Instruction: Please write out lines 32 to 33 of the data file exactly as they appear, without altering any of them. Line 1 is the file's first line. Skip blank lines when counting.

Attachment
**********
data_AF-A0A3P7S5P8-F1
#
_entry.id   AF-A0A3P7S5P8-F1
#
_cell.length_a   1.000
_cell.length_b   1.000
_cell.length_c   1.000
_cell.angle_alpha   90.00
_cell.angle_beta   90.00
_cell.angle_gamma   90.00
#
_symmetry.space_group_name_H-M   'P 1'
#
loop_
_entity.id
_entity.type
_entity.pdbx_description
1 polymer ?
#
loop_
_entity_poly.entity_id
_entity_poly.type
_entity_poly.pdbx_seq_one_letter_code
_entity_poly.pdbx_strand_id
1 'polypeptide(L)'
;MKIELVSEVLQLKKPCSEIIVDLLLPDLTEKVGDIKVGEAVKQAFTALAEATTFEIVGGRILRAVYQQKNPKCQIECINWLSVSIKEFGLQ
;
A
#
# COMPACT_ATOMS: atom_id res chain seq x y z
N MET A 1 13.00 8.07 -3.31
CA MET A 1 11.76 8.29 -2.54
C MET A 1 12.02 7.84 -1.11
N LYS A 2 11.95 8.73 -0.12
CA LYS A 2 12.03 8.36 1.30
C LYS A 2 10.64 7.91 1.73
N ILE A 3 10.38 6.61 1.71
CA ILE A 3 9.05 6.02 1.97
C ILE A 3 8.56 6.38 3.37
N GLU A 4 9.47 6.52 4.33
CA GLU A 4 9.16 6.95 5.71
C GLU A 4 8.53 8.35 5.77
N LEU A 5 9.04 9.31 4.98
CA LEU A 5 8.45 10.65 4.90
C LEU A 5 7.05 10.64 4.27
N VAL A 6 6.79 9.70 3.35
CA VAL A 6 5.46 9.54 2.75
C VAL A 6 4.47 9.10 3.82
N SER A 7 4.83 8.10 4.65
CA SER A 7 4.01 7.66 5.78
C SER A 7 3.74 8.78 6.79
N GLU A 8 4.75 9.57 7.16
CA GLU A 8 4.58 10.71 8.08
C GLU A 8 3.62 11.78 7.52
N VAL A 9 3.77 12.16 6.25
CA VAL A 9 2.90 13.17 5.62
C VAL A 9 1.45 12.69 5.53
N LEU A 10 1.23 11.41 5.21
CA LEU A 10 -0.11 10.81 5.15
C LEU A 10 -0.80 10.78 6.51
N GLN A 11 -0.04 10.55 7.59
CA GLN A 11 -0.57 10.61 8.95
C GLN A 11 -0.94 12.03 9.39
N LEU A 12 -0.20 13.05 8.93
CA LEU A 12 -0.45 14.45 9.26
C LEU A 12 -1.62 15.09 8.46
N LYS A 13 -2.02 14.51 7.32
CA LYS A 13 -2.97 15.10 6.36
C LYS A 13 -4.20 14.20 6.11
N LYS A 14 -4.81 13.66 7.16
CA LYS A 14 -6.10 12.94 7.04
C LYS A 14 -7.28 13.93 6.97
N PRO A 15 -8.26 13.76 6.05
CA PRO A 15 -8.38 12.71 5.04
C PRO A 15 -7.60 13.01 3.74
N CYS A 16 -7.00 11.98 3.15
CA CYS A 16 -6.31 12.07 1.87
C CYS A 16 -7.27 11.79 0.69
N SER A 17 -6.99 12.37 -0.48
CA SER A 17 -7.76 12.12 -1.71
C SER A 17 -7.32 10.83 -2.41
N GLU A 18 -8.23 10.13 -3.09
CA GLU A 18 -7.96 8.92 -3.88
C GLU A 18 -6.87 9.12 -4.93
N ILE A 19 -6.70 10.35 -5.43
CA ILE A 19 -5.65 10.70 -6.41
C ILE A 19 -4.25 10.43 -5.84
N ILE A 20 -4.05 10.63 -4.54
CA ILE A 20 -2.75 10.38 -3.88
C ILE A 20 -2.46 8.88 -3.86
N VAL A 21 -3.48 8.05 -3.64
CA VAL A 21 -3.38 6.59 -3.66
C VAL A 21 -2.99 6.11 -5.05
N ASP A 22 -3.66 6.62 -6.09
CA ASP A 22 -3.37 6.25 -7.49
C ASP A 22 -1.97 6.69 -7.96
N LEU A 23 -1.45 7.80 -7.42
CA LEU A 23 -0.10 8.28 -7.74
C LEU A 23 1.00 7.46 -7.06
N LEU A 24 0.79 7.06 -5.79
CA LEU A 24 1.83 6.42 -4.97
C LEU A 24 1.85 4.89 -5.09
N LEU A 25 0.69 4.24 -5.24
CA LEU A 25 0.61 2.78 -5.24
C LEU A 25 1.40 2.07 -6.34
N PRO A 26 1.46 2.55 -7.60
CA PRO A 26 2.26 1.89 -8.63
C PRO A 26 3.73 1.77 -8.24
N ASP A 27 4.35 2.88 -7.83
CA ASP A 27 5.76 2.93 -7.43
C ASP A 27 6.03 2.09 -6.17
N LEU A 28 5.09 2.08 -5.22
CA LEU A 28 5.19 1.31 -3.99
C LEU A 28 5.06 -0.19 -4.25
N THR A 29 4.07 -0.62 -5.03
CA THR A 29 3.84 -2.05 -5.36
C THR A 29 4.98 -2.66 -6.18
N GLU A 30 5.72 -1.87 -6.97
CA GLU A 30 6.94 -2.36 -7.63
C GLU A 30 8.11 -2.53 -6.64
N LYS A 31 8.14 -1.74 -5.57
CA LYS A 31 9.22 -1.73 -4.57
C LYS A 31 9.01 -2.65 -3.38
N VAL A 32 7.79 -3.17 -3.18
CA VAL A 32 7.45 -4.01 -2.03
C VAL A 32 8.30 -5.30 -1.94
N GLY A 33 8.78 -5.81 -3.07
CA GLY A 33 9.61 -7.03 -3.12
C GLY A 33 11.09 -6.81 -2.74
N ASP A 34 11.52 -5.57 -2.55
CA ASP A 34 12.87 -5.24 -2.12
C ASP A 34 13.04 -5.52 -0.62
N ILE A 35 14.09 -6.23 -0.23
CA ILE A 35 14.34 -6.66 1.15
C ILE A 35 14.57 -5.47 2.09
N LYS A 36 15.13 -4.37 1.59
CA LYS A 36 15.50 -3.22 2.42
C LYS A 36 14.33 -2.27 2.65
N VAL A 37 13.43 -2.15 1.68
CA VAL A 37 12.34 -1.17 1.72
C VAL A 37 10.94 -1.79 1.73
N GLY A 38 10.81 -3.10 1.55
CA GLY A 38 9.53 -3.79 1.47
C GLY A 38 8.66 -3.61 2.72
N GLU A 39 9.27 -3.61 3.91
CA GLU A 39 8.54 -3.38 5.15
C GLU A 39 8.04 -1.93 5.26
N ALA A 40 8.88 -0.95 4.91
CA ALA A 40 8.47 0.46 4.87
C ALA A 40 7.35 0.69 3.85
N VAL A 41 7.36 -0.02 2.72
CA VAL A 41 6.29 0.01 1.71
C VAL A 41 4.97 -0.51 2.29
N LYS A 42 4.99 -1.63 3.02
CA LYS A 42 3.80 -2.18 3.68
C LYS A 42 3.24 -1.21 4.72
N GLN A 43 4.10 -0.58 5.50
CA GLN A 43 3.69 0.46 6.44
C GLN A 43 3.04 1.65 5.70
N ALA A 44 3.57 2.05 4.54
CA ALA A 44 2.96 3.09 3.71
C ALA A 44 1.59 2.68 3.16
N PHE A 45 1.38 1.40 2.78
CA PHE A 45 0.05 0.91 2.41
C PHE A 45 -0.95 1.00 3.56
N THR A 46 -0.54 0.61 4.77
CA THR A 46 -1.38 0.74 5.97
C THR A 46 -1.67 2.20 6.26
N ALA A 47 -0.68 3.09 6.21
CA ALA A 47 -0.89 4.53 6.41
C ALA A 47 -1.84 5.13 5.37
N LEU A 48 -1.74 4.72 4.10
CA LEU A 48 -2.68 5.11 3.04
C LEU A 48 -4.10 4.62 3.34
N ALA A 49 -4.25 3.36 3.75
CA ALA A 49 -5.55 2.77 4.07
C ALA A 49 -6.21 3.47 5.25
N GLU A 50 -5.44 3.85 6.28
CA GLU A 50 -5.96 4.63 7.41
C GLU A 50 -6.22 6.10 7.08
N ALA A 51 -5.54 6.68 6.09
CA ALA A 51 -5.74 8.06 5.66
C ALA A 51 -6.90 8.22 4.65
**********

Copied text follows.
CA MET A 1 11.76 8.29 -2.54
C MET A 1 12.02 7.84 -1.11